Rockwell Kent: Biography & Books

Instructor: Susan Nagelsen

Susan has directed the writing program in undergraduate colleges, taught in the writing and English departments, and criminal justice departments.

Rockwell Kent was known for his landscapes as well as his illustrations. He traveled widely, using his experiences as fuel for his art. He was also articulate and political, which caused him some difficulties.

Twists and Turns

Rockwell Kent was born into a wealthy family in Tarrytown, New York, on June 1, 1882. As a young child, he lived a gilded life, moving from one beautifully appointed house to another. His father was a New York City lawyer, and his mother was a niece of James and Josephine Banker, one of the first millionaire families in New York. Tragedy struck the Kent family in 1887 when Rockwell Kent Sr. died from typhoid fever. Rockwell Kent, his mother, and his siblings were left with a life that only vaguely resembled the one they'd once had.

Though now living in poverty, Rockwell was encouraged by his aunt, Josie Banker, an artist who worked on ceramics. Her interest in Rockwell's art allowed him to expand his horizons when he traveled to Europe to experience the art of other cultures. He continued his artistic education at the Horace Mann School in New York, where he studied mechanical drawing and woodworking. This educational experience provided the base for his later work. His talent and attention to detail are evident in his illustrations and his paintings.

Rockwell's education was thorough and highly developed. When he completed his training at the Horace Mann School, he went to Columbia University, where he studied architecture; it was there that his strong interest in painting developed. He studied art under influential artists of the time, such as William Merritt Chase and Robert Henri, from whom he took classes. It was Albert Thayer who influenced Rockwell greatly, and the two became friends. They painted together in New Hampshire and engaged in wide ranging discussions that affected Kent profoundly. He was encouraged to travel extensively, and travel he did.

Rockwell Kent
Rockwell Kent

Eyes Wide Open

During his impoverished state, Rockwell developed an awareness about the difference between the classes. He realized that some people have a lot of money, but most people have little or no money, and he was aware that he was distressed about it. This realization would color much of his life, his politics, and his voice of social responsibility.

He was the perfect example of the 'starving artist,' and had sponsors or patrons who helped support him in return for pieces of his art. Albert Thayer hired Kent as an apprentice, and it was through his association with Kent that he met and married his first wife, Kathleen Whiting, in 1908. She was Thayer's niece, and together they had five children.

Traveling in His Blood

During his early years, Kent fell in love with the Maine coast. He built a house and lived there year-round for many years. He worked as a tradesman, but did some of his most impressive paintings showcasing the sea and the rocky coast. He had his first one-man show in 1907 at New York's William Clausen Gallery.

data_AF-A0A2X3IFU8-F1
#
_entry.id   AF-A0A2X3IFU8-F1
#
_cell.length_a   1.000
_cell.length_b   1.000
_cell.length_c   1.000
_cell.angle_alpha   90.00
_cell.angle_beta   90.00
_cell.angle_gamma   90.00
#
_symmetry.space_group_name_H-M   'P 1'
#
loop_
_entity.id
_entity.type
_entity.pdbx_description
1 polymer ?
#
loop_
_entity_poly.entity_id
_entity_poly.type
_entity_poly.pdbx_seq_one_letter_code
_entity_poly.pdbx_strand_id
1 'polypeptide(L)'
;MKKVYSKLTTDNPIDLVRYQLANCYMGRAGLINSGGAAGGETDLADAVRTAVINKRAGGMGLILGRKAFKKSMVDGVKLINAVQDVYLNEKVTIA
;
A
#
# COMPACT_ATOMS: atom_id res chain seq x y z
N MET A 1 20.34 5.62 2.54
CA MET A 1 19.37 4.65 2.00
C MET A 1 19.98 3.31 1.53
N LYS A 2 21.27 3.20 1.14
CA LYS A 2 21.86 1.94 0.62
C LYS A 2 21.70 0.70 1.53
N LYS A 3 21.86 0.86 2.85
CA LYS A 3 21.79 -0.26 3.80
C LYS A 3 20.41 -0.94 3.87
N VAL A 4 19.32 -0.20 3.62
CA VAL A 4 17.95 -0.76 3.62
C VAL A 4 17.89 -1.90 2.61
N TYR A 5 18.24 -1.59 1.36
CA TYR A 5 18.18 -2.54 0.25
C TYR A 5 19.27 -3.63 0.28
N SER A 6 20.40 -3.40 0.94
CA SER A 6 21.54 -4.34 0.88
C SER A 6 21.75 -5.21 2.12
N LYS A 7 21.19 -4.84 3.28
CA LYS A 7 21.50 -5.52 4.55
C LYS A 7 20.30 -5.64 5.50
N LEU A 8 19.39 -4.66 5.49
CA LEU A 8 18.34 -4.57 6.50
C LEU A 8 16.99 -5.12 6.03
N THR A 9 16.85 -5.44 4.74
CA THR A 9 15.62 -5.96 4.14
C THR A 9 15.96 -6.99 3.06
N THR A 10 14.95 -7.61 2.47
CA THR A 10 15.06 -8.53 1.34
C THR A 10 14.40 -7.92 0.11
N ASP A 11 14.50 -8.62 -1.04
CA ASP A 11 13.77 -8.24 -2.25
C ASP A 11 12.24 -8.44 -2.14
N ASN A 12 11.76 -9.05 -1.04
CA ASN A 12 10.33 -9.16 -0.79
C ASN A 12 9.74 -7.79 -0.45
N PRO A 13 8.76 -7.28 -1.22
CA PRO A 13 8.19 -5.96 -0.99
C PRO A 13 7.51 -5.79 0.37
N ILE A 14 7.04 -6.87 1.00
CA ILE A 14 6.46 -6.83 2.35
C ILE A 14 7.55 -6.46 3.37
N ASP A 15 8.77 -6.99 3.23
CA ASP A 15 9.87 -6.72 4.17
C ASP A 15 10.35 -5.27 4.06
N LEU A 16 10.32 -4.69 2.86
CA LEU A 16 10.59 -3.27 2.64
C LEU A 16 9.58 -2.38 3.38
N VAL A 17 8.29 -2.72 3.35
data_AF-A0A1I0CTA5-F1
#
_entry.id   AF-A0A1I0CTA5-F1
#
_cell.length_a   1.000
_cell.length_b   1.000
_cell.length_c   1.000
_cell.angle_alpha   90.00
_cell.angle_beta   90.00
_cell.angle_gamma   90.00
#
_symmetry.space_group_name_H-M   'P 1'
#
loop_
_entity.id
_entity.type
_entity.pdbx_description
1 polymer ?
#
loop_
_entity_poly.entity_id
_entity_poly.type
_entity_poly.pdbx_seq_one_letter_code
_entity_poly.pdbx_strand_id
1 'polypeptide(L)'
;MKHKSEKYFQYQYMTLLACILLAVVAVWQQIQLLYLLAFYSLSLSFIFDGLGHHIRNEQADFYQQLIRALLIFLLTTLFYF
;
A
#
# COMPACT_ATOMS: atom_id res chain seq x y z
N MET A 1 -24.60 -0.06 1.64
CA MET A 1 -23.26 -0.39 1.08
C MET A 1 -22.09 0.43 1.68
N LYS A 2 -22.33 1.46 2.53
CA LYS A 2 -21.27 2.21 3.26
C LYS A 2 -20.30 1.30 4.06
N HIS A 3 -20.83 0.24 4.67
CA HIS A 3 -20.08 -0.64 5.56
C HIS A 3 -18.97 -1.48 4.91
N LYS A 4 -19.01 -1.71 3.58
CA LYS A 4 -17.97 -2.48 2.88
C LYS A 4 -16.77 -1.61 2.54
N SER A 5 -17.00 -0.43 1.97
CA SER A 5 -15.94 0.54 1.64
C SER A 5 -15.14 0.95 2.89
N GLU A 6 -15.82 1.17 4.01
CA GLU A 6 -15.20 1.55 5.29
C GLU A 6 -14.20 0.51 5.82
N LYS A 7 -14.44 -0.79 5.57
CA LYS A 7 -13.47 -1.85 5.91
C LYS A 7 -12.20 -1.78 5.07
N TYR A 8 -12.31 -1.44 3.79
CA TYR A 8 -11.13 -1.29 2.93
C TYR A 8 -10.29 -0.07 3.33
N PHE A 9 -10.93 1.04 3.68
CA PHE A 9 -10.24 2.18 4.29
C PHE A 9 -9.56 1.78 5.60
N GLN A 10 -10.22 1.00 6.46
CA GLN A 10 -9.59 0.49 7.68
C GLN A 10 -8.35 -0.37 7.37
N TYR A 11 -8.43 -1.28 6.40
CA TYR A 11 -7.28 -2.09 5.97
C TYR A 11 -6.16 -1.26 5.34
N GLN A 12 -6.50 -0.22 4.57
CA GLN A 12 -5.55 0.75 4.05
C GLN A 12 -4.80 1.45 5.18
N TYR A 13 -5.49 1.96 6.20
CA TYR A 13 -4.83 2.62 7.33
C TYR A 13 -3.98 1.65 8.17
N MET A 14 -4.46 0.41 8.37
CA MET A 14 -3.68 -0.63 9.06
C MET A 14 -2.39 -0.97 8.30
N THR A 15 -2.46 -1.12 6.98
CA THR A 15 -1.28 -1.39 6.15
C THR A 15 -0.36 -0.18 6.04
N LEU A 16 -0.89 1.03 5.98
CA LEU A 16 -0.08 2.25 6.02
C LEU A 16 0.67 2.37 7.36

Kent's love of travel and all things new took him to Newfoundland, where he and his family lived for a year from 1914-1915. He ran into difficulties with the locals because of his love for German culture. He was fascinated by the German language, their heritage, and their food. The people of Brigus questioned his loyalties when he walked around town speaking German or singing German songs, and they exiled him because they thought he might be a spy.

In 1918, Kent and his young son moved to Alaska on Fox Island in Resurrection Bay. It was there that he honed his skills as a wood-engraver. This period from 1918-1919 brought changes in the focus of his work; he still focused on loneliness and nature, but the theme of martyrdom emerged with great strength.

While he had settled his family in Vermont in 1919, Kent was not finished with his need to wander. In 1922, he set off for Tierra del Fuego, where he hiked across Becknock Pass, and he even attempted a sail around the Horn in a lifeboat. He returned with enough paintings for an exhibit that was held at the Wildenstein Gallery in 1924.

In 1920, Kent published his first collection of letters, titled Wilderness, as well as paintings from his time in Alaska. His work was well received by critics and art lovers, and he realized fame and financial gain for the first time.

A New Beginning and Then a Change

Kent divorced Kathleen in 1925 and married Francis Lee shortly after. They made their home on a farm in New York. This would be Kent's home for the rest of his life, but his traveling days were far from over. For the next ten years he traveled to France and Ireland, Denmark, and Greenland. He found that the indigenous people of Greenland brought out great sympathy in him, and he created painting after painting to capture what had touched him in these people.

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